On “Rich Flex,” the opening track of Drake and 21 Savage’s new album, Her Loss, Drake has an innocuous request. “21, can you do something for me?” It’s an ironic sentiment since Drake is the one holding 21 back throughout the project, relegating him more often than not to being a hype man for Drake’s livestreams, rather than a rapper on equal footing.
This isn’t 21’s fault. He’s proven more than capable of going toe to toe with some of the best rappers in the game, including previous collaborations with Drake. 2016’s underrated loosie “Sneakin” showed the duo had a natural chemistry, with 21’s dead-eyed violent threats combining with mafioso Drake to give the pairing a consigliere/underboss-type connection. This kinship continued on standout tracks like “Jimmy Cooks” and “Knife Talk,” two of the better mainstream rap songs of the 2020s. So in theory, this album should work, bringing out the Shaq and Kobe energy it promised. But for some reason, it feels more like that strange 2005 Lakers team where Kobe took 20 shots a game and Caron Butler scored when he could.
As a collaboration, it’s a misfire. But if you remove the notion of it being a tandem affair, it’s simply a decent Drake album—no growth, no new ideas, the same toxic king anthems he’s been peddling for years. But complaining about Drake’s content is like being surprised your Jumbo slice doesn’t hit the same when you’re sober. What did you expect?
For the most part, Her Loss gives fans exactly what they’ve come to expect and clamor for. There’s the quintessential reflective Drake flow employed on “Middle of the Ocean,” bringing back the moments when Drake rode around at “4 p.m. in Calabasas” and “5 a.m. in Toronto.” Then you have the club banger destined for licensing use whenever the NBA on ESPN hits a commercial break (“BackOutsideBoyz”). He also gives fans the manipulative gaslighting anthem disguised as a feels song (“Hours in Silence”). The ingredients are all here, but that doesn’t mean they gel.
If it had been billed solely as a Drake album, Her Loss would have been more palatable. But this is supposed to be the rebirth of Collab Drake, the same artist who brought us classics sparring with legendary rappers like Lil Wayne and Future. Instead, Drake’s efforts with 21 Savage mute the Atlanta icon’s abilities.
Sometimes, when Drake lets 21 steer the Bugatti, the results are fun and impressive. Take the woozy trap banger “On BS.” Drake and 21 bob and weave through each other’s verses, showcasing precision and timing as they trade flexes: “Popped an Adderall, I feel like I can lift a tree up / Seen too many cameras, so I never lift my ski up / I jump on your song and make you sound like you the feature / I jump on your song and make a label think they need ya, for real.”
With its sinister distorted keys, the Metro Boomin-produced “More M’s” sounds like a lost bonus track from the Savage Mode series, as Drake is brought to the monotone dark side. 21 shows off his versatility on “3AM on Glenwood,” his version of Drake’s past “AM/PM” series. “Took some real n****s from me, I could kill the whole world and I still won’t be even / I be thinkin’ ‘bout my brothers while I’m shoppin’ in Neiman’s,” he raps solemnly, wishing he could share his success with the ones he’s lost.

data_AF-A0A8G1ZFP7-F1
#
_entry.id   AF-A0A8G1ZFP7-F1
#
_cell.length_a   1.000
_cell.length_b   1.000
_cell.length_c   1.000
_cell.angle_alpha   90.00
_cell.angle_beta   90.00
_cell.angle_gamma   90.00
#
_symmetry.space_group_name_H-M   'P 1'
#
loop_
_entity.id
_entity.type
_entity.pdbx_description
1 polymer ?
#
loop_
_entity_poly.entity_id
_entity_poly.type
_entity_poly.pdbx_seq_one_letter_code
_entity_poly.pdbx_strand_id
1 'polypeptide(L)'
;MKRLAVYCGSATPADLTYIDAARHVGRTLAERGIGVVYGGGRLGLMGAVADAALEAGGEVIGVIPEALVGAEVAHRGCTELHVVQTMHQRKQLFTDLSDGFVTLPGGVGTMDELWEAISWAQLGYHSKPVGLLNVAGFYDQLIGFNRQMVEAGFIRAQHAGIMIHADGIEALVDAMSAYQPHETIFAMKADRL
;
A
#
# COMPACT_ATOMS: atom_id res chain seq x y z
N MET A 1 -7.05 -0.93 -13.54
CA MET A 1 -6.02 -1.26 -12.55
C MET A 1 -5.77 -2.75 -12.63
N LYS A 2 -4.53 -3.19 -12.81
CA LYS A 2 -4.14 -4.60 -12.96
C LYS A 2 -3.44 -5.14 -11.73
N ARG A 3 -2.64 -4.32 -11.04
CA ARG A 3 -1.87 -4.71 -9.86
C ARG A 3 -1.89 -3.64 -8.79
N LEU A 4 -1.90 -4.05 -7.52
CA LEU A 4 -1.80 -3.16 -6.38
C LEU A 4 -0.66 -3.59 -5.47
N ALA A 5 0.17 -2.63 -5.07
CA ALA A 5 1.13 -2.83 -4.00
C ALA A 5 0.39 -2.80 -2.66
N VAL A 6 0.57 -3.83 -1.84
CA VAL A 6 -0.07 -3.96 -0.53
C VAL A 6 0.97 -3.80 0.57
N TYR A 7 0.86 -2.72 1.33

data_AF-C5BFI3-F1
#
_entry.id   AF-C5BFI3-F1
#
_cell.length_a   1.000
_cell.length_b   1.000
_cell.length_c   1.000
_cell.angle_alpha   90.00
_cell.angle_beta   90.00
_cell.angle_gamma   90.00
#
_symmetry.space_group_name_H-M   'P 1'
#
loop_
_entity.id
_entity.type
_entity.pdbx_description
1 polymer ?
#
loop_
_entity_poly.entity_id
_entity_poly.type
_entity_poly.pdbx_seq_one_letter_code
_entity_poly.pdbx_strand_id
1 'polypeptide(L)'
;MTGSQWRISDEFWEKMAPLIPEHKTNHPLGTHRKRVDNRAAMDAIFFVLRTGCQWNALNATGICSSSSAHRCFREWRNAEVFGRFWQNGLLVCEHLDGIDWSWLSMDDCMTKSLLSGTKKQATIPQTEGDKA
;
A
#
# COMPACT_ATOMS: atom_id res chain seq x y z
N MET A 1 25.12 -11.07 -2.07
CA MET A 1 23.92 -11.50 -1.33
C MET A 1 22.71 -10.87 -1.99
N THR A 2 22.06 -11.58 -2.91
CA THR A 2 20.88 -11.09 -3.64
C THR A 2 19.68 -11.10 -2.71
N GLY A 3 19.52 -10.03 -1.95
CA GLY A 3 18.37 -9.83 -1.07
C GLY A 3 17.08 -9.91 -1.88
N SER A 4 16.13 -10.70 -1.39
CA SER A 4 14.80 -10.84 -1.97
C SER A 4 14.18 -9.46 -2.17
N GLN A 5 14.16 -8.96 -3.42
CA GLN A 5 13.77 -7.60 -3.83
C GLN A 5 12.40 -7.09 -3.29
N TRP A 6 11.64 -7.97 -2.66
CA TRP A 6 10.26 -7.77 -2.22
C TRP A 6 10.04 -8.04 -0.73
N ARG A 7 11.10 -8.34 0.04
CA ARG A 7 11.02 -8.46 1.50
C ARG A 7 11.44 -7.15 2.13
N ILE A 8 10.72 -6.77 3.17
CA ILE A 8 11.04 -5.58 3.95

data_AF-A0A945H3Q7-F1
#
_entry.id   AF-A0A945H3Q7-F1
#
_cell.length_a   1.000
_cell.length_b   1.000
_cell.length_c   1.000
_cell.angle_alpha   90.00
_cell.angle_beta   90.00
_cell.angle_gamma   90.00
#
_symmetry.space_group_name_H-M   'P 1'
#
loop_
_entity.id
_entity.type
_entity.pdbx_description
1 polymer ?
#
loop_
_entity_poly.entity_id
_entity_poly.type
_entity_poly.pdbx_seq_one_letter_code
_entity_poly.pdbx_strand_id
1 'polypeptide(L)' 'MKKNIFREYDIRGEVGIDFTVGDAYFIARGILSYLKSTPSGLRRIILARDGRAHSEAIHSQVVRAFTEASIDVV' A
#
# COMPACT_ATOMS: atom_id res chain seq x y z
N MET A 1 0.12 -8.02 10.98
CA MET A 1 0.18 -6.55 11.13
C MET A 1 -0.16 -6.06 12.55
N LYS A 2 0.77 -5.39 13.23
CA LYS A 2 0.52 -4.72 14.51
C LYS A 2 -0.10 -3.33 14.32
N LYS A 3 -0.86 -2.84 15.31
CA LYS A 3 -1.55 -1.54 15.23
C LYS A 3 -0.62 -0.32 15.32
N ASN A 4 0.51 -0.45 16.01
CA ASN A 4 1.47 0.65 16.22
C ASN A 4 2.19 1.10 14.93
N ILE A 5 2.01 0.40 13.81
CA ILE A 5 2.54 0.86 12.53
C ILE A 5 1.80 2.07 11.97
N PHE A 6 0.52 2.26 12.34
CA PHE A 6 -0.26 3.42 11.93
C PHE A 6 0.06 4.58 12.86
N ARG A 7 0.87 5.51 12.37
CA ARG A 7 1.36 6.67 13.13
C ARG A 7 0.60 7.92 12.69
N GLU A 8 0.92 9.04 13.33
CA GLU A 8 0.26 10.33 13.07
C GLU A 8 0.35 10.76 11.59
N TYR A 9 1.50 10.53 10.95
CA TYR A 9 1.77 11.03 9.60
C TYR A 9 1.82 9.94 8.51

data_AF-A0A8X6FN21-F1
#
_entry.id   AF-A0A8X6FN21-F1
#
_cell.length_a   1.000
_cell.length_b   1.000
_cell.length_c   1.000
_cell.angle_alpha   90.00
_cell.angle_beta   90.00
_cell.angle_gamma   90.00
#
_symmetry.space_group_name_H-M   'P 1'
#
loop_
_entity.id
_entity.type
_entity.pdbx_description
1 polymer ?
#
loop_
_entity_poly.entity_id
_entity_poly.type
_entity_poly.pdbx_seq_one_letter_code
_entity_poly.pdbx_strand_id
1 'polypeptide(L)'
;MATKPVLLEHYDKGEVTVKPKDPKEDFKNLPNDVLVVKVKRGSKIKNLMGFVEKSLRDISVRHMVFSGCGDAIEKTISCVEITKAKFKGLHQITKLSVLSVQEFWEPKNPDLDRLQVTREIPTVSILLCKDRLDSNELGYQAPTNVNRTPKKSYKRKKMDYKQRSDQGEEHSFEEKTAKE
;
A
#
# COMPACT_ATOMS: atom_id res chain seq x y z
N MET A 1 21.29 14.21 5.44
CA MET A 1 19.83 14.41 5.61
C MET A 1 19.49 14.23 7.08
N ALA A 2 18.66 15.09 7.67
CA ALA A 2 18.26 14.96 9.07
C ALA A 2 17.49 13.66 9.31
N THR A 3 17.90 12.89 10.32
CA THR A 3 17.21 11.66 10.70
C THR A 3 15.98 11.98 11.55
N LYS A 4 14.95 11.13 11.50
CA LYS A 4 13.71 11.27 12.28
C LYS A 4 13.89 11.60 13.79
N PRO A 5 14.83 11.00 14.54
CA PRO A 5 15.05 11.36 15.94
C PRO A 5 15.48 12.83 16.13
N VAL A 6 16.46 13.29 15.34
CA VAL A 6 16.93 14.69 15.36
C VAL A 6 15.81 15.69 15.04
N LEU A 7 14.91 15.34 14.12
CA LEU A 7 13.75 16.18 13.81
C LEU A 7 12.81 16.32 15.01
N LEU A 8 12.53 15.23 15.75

These moments are too few and far between. More often, Drake is either telling 21 to stand on the sidelines or throwing him off-target passes in transition. “Circo Loco” has been criticized for the Megan Thee Stallion diss, but its worst crime is butchering Daft Punk’s classic “One More Time.” “Jumbotron Shit Poppin” sounds confused and muddled, with Drake speeding up his vocals and losing the smoothness he’s much more well-equipped for. It sounds like Drake trying to make Whole Lotta Red, which no one needs or asked for. The Travis Scott-assisted “Pussy & Millions” fails to make good on its star billing, putting 21 in an awkward situation where he tries to rap like Scott, but he can’t pull off the lack of humanity Scott excels at.
The best moments come when the duo find a balance and Drake falls back on his crate-digging prowess. “Spin Bout U,” featuring a heavenly sample of B.G.O.T.I.’s “Give Me Your Lov-N,” allows 21 to show off his romantic, melodic sensibilities while Drake croons about protecting women from creepy politicians. The track lets 21 expand his range, while also putting Drake in a spot of comfort, allowing both artists to shine.
Sadly, there’s not enough of this to go around, making Her Loss another disposable Drake project that will fade away in a few weeks—one that could have been so much more.
Josh Svetz is Reviews Editor/Content Coordinator at HipHopDX, with bylines at Passion Of The Weiss, SPIN and Pitchfork. You can find him trying to revive the word “swag” and arguing about Roscoe Dash’s impact on modern music on Twitter and Instagram.